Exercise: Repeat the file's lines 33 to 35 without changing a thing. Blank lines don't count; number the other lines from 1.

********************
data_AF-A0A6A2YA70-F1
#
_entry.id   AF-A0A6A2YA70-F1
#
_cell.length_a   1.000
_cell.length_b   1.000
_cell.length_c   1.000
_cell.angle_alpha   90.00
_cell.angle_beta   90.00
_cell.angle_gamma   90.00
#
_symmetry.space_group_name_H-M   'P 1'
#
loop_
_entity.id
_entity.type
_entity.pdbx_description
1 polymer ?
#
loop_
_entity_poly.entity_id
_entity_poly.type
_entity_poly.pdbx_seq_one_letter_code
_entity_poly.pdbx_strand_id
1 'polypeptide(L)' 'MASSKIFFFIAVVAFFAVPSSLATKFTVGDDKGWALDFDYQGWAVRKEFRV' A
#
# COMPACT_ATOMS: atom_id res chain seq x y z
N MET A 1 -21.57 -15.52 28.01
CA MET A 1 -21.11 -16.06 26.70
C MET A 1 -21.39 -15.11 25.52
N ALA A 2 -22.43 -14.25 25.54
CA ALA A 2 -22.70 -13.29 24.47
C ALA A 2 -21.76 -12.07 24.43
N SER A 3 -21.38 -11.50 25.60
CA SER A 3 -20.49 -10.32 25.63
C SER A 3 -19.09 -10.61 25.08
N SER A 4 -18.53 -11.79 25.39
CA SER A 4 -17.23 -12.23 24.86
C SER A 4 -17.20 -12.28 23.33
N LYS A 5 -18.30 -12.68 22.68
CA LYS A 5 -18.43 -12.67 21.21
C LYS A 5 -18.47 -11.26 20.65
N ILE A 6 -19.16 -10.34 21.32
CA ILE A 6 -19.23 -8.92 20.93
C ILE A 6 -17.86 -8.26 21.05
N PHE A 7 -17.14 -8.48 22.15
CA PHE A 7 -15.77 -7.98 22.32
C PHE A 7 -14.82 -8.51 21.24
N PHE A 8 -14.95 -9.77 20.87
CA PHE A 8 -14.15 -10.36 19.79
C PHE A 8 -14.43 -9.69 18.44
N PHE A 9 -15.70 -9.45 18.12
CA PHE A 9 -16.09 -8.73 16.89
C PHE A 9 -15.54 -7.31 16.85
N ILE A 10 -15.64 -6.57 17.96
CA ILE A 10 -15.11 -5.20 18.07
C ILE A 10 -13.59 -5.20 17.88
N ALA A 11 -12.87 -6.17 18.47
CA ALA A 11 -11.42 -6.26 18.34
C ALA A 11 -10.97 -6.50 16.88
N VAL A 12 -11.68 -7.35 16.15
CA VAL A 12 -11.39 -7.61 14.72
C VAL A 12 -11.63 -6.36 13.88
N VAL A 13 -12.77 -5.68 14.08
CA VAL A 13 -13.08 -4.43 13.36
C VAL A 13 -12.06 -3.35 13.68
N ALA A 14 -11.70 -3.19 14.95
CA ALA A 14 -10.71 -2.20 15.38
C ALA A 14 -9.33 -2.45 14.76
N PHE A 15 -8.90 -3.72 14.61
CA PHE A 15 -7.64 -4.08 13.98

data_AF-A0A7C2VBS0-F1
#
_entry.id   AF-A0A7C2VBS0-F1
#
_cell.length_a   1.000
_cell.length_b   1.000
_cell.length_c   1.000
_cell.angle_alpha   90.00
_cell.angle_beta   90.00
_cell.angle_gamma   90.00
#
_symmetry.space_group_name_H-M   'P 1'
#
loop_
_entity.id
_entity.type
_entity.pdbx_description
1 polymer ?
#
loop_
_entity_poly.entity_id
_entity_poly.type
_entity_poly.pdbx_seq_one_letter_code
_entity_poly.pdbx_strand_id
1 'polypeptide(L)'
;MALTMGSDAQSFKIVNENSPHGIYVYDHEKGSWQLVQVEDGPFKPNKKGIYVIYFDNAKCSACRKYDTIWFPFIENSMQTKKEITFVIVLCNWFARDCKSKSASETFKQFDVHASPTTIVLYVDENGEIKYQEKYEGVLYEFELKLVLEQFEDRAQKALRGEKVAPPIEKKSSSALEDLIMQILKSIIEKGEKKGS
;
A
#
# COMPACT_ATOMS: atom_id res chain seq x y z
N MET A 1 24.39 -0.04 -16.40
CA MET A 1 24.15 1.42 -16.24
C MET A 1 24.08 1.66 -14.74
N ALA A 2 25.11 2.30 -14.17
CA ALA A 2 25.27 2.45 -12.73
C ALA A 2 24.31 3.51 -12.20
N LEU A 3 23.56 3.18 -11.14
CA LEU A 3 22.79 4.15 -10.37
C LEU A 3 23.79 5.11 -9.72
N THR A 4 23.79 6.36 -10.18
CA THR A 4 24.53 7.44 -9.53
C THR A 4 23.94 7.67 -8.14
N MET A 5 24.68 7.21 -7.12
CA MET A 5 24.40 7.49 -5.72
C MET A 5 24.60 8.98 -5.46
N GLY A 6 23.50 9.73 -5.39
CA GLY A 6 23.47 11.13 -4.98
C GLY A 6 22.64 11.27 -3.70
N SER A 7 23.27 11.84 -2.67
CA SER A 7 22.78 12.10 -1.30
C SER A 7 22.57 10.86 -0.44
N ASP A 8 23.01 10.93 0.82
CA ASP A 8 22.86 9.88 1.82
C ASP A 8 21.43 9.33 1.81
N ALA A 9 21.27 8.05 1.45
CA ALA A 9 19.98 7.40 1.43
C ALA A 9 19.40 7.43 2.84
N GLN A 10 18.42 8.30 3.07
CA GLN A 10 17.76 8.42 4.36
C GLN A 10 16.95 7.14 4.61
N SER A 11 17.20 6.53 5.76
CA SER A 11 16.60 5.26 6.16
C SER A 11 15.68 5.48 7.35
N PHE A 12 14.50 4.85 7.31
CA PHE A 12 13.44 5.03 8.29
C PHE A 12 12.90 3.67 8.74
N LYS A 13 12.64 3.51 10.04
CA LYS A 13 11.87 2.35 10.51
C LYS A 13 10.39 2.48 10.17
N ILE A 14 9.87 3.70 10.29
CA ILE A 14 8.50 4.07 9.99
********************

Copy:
C ALA A 2 -21.76 -12.07 24.43
N SER A 3 -21.38 -11.50 25.60
CA SER A 3 -20.49 -10.32 25.63